Impactstory is an open source, non-profit and web-based tool that provides altmetrics to help researchers measure the impacts of all their research outputs—from traditional ones such as journal articles, to alternative research outputs such as blog posts, datasets, and software. You may use your Twitter account to sign up, but how much this site uses your Twitter activity to measure your impact score is unclear to me. Signing up to Impactstory quicly pushes you to ORCID, as this is the key tool Impactstory uses to gain an overview of your publications. According to ORCID its aim is to aid «the transition from science to e-Science, wherein scholarly publications can be mined to spot links and ideas hidden in the ever-growing volume of scholarly literature». They also give the researcher a possibility to have «a constantly updated ‘digital curriculum vitae’ providing a picture of his or her contributions to science going far beyond the simple publication list».

Mendeley is a desktop and web program produced by Elsevier for managing and sharing research papers, discovering research data and collaborating online, and Twitter I guess does not need much of an introduction. To use Twitter as a dissemination tool you must have followers, preferably many. Your follower count is considered a measure of your influence. The more followers you have, the more you’ll attract, and – in theory – the more you can use your influence to reach your peers, students and other interested parties. But to get followers you have to put in a lot of time of strategic actions, and at the end of the day you might not really know if any of this had any effect or mattered at all. There are no free lunches in the world of Social Media, and just creating some profiles and then sit back and relax is not really an option.

Since all this is mainly about creating and measuring “impact”, utilising digital tools, the more activity you have online, the better. But most of these tools give poor results if you do not already have international papers. So, if you are an academic who so far have been content with focusing on excellent lecturing and close contacts with students, you will have to make quite an effort in order to have any significant use of these tools. And as soon as you have created all these profiles you are trapped in a never ending story of continuously updating them.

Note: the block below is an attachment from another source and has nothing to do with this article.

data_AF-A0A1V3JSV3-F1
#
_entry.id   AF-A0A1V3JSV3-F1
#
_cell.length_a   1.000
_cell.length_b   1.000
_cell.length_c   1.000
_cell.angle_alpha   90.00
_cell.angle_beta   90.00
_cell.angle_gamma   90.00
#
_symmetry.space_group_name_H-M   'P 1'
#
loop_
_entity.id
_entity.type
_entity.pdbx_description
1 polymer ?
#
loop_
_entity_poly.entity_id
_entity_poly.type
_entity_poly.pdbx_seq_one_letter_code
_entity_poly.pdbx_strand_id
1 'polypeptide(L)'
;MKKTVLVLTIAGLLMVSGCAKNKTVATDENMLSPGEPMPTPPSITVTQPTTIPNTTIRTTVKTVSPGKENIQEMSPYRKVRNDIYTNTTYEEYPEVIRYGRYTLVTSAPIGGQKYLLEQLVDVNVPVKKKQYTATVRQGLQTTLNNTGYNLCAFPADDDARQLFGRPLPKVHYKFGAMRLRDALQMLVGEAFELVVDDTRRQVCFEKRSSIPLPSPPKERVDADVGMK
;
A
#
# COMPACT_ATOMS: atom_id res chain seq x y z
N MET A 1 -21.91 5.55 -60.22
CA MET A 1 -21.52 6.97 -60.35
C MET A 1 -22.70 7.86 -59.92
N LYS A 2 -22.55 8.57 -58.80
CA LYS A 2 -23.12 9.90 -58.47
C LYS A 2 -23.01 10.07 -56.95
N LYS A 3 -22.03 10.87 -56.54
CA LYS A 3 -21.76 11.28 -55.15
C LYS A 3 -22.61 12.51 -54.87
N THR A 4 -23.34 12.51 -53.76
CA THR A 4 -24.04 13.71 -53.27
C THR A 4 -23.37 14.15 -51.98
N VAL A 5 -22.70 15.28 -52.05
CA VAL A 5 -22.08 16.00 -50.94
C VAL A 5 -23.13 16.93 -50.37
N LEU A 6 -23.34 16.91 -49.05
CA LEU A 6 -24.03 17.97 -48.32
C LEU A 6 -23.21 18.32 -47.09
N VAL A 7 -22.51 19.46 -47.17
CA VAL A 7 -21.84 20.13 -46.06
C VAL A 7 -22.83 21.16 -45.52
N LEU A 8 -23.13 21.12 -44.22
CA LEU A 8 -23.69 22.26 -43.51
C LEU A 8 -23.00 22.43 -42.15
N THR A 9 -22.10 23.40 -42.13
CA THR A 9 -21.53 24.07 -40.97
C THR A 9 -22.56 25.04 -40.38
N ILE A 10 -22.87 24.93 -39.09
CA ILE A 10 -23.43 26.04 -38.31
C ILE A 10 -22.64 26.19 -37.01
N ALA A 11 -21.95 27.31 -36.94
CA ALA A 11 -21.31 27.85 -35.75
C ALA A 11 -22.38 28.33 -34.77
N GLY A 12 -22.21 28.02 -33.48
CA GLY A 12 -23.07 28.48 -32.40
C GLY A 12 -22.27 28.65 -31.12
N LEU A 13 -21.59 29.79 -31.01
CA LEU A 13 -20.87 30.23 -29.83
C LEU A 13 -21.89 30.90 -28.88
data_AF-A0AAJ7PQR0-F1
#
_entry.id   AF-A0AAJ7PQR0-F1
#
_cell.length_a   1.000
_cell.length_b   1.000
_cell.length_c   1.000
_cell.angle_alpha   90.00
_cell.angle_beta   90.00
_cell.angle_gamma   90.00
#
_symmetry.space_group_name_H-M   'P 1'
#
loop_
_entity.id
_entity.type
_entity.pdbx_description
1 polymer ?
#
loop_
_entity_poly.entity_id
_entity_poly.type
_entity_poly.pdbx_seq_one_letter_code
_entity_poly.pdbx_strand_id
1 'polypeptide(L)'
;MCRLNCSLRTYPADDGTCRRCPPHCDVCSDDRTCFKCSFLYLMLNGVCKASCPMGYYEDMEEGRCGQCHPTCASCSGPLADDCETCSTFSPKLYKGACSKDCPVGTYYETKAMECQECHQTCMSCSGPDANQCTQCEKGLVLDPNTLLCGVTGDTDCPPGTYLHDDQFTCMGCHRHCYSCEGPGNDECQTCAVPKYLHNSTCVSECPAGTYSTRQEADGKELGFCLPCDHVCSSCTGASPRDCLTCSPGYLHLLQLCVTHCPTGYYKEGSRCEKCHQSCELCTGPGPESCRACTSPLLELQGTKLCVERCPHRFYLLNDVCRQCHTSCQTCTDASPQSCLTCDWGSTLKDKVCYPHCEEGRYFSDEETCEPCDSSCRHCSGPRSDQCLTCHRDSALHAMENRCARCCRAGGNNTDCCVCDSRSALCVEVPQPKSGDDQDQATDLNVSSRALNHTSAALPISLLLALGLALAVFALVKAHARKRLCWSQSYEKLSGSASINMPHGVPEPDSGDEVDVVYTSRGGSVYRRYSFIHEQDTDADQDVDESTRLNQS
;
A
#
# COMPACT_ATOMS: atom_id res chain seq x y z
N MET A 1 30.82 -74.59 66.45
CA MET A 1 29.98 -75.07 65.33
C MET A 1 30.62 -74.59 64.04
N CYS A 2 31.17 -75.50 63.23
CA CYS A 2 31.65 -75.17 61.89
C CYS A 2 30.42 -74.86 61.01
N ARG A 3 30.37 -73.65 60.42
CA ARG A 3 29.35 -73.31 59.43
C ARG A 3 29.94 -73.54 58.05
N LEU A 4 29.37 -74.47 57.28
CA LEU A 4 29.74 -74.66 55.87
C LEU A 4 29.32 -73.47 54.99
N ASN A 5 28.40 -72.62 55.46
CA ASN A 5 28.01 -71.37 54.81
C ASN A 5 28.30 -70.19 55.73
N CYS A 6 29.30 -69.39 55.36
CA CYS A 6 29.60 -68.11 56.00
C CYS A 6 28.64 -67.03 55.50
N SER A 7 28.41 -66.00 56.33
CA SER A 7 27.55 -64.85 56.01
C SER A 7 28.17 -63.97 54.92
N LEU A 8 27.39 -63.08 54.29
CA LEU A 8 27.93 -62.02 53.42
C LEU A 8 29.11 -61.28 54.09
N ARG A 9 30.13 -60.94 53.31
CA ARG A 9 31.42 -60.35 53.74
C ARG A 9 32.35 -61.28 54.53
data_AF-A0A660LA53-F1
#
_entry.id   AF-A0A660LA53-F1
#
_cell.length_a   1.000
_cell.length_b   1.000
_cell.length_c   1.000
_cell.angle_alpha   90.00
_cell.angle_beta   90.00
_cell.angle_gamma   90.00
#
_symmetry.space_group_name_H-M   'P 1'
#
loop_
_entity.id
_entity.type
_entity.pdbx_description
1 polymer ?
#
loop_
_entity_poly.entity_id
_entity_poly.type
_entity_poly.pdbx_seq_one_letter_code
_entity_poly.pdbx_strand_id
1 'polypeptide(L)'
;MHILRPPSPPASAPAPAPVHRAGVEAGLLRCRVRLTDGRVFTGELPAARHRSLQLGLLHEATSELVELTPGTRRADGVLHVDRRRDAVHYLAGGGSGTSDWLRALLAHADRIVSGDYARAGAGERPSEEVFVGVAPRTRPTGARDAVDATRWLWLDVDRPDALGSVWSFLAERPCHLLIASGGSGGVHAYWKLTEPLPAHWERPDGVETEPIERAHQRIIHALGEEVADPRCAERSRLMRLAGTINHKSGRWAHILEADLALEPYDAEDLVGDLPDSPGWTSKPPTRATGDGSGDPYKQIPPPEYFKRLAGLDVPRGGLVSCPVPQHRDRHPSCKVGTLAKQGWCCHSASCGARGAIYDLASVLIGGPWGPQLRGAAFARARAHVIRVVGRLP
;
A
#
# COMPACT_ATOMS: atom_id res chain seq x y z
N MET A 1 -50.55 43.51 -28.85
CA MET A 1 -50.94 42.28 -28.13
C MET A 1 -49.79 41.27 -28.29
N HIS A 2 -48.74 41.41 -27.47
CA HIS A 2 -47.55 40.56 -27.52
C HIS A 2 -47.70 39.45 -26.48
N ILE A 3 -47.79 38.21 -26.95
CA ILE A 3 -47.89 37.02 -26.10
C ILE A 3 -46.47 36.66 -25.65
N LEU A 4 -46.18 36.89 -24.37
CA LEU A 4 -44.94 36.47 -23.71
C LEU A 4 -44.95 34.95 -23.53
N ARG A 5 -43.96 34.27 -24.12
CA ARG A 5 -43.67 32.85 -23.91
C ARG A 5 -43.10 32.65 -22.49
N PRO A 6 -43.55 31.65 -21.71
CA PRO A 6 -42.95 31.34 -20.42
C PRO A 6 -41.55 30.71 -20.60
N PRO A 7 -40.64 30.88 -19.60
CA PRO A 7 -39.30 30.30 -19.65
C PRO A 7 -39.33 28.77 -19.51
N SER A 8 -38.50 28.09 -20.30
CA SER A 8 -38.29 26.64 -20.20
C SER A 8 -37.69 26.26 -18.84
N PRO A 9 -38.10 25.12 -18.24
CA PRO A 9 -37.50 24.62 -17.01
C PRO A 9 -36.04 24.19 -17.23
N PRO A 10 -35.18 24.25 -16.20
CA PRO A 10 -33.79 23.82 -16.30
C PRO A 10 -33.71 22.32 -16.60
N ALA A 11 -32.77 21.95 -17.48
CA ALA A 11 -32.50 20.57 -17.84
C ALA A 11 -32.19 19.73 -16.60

The not so open access, legal problems and some unsettling thoughts
ResearchGate have a strong focus on getting their members to upload scientific papers, and many comply with this, thus creating a notion that this service is an open access provider. There are two challenges with this; one – uploading your journal papers will in most instances constitute a copyright infringement, and two, in order for others to read the papers they have to sign in to ReserachGate. So, this is in fact a closed access service, with a potential high number of violations of copyright law. These same issues are shared by another similar Social Media site;

A third problem with ResearchGate is its use of scores. They are giving you scores that supposedly show your impact. But this score is not transparent and therefore highly difficult to figure out on what data it is based on. With statements like “Your score is higher than 30% of ResearchGate members” it provides, in my humble opinion, an unhealthy focus on dubious numbers and could even encourage a “gaming of metrics”.

But what is «impact»? Normally we are concerned with how highly ranked the various journals are or how often our work is cited by others. But sites like RG and Impactstory are trying to create a new and wider impact factor, but without giving any meaningful definition of the word “impact”. Will you have a higher score if you start following researchers with large networks and high RG score? What if someone is visiting your RG profile while using a proxy that changes his or her country identification (IP-number) randomly? Does mentioning of one’s work in a Wikipedia article with an anonymous author and likewise anonymous editors, really show any real impact? Will placing a link to your RG profile in your Twitter profile increase visitors to your RG profile, and if so will this impact your RG score? In fact, Twitter, might be a good way to lead curious followers and “passers-by” to your Reserachgate profile. But does this mean that we are disseminating our work to a larger audience? I do not think so. Curious clicks on a profile link does not necessarily constitute real interest, and then of course you have the question of who your followers on Twitter are. Are they representatives of the public, or fellow professionals and your own students? If it is the last, then we are back to the old problem of journal papers being read only by a small sample of our peers.